Scooter rental company Bird placed several dozen scooters across Norman, primarily in and around Campus Corner, Aug. 17. While people have already started riding the scooters around town, Norman’s city government is trying to find a way to regulate this new mode of transportation.
According to its website, Bird has scooters in 29 cities across the U.S. and in Paris. Users can rent scooters for a short period of time via the Bird app, picking up and dropping off the scooters from “nests” located in busy areas.
Because the scooters are placed in public right-of-way spaces, Norman city officials are researching what city ordinances may apply to Bird.
“We’re currently looking into what permits and ordinances will apply to this case,” said Terry Floyd, city of Norman development coordinator. “The city has regulations for bikes, mopeds and similar vehicles, but we aren’t sure yet where these scooters fall. We’re looking to other communities with the scooters to see what actions we might take.”
Floyd said that, while the Norman city government is not against the scooters, they want to find a way to make sure they are properly regulated and taken care of.
According to its website, Bird has dedicated itself to a Save Our Sidewalks (SOS) pledge. The company has pledged to pick up and repair its scooters, to maintain a reasonable number of vehicles in public areas and to give $1 per vehicle per day back to the city.
“Last week, Bird began offering its fleet of dock-free, electric scooters to (the) University of Oklahoma as part of our new University Pop-Up Tour,” a Bird spokesperson said in an email to The Daily. “We are excited to bring our affordable transportation option to the students and faculty of the university.”
According to an article in PR Newswire, Bird’s University Pop-Up Tour will visit public and private colleges around the country to introduce students to its scooters. The article includes a link to an application for colleges to fill out if they want to be included in the tour.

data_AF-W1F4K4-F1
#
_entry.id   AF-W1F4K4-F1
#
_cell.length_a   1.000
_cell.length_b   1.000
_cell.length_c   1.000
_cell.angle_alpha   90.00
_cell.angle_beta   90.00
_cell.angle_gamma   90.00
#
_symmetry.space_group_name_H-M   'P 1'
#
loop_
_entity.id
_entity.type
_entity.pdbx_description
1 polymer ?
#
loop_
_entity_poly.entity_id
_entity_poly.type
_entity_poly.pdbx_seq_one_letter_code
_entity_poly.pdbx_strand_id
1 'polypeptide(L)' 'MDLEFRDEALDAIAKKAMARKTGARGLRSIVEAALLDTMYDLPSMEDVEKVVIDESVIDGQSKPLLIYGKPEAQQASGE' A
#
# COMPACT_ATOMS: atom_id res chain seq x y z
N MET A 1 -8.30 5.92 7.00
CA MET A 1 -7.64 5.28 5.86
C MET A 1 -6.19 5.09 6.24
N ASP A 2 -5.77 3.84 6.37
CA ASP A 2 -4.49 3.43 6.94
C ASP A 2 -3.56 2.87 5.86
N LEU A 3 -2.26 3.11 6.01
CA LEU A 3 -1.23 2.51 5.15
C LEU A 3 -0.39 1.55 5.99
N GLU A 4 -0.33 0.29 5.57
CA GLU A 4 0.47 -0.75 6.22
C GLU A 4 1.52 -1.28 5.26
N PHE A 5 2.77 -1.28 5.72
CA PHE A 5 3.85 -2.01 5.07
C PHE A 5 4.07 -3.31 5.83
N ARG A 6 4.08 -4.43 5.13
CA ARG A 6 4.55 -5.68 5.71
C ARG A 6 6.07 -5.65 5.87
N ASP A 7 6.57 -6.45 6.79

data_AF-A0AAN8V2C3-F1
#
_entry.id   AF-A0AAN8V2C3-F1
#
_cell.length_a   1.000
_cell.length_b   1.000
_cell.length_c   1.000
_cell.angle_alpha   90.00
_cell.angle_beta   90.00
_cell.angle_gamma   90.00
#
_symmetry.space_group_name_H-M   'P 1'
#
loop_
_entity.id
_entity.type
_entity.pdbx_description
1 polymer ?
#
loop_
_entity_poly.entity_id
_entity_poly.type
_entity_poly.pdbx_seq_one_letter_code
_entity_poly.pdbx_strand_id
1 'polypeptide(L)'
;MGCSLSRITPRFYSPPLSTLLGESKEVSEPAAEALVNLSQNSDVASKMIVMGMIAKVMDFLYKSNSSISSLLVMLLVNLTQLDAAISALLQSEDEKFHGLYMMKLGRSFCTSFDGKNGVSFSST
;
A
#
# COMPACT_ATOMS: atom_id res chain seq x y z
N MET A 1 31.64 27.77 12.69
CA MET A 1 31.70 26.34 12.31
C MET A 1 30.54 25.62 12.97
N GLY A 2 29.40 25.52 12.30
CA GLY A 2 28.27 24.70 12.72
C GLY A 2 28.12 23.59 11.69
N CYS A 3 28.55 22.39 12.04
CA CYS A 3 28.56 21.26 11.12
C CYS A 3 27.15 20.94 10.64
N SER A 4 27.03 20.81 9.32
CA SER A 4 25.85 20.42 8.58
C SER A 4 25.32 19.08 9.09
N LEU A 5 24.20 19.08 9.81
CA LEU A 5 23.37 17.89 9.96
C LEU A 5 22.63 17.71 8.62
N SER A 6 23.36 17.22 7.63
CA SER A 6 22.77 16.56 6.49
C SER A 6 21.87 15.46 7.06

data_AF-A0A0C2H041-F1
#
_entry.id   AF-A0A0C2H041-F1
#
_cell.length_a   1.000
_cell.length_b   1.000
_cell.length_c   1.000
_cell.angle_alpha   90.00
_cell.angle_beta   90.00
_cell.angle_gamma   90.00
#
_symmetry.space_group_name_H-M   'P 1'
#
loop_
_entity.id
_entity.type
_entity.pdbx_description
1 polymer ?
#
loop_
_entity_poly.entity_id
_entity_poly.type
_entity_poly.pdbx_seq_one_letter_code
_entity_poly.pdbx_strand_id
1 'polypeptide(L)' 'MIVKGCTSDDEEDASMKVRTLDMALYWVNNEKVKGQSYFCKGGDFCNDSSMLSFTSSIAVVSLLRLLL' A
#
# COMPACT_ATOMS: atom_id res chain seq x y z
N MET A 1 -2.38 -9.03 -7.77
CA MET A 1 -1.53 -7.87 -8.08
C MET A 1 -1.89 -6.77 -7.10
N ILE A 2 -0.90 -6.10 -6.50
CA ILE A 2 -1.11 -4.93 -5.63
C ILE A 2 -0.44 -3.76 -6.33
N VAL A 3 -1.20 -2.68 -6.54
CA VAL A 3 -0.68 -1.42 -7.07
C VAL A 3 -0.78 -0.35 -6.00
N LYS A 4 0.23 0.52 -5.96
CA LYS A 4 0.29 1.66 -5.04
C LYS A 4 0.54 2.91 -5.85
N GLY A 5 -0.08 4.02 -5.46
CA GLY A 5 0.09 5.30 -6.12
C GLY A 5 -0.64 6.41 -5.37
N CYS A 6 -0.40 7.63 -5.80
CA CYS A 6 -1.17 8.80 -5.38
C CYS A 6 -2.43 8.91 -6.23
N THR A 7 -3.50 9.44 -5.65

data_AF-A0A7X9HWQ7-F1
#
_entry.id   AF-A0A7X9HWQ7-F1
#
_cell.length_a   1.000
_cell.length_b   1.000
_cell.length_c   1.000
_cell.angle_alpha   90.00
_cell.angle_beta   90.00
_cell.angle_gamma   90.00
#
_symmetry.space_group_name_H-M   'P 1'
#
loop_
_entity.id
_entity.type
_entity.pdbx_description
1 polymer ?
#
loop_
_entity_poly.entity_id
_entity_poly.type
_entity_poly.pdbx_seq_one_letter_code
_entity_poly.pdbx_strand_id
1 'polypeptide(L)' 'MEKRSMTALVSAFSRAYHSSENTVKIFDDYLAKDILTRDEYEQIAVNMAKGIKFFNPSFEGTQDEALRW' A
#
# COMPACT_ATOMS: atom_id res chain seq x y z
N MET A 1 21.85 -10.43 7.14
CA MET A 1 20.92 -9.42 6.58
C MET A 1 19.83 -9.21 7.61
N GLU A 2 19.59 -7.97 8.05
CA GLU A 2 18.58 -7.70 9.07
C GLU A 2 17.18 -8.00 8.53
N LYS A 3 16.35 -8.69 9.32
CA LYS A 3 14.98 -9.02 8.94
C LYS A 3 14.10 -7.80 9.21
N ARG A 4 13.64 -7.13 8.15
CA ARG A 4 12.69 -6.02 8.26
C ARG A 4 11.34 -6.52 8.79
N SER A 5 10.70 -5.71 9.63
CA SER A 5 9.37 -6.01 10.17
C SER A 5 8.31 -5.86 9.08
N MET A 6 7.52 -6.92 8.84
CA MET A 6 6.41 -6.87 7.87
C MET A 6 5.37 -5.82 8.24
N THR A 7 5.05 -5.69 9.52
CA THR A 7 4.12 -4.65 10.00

In an email to The Daily, associate vice president of OU Web Communications Erin Yarbrough stated that the university did not sign up for the tour, but that they were notified by Bird on Friday night that the scooters would be placed near campus.
The Daily reached out to Bird, asking how OU was selected to be part of the tour, but received no comment.
Oklahoma City also recently saw the introduction of Bird scooters throughout the downtown area. The Oklahoma City Council voted Aug. 14 to impound the scooters if Bird did not secure the proper permits to operate in the city by Monday. In a tweet on Tuesday, Oklahoma City stated that none of the scooters were impounded and that Bird now has revocable permits for 15 nests of 5 scooters each in the downtown area.
The new ordinance allows Public Works, not the police, to impound rental scooters. But no, none were impounded. As of Monday, Bird has revocable permits for 15 "nests" of five scooters each around downtown. ^mk— City of OKC (@cityofokc) August 21, 2018
Bird has faced similar backlash in other cities where it has placed scooters without proper permits. Seven cities, including Denver, have impounded Bird scooters until further notice. Several others, including Austin and San Francisco, have sent cease and desist letters to Bird asking them to file for a permit or face legal action.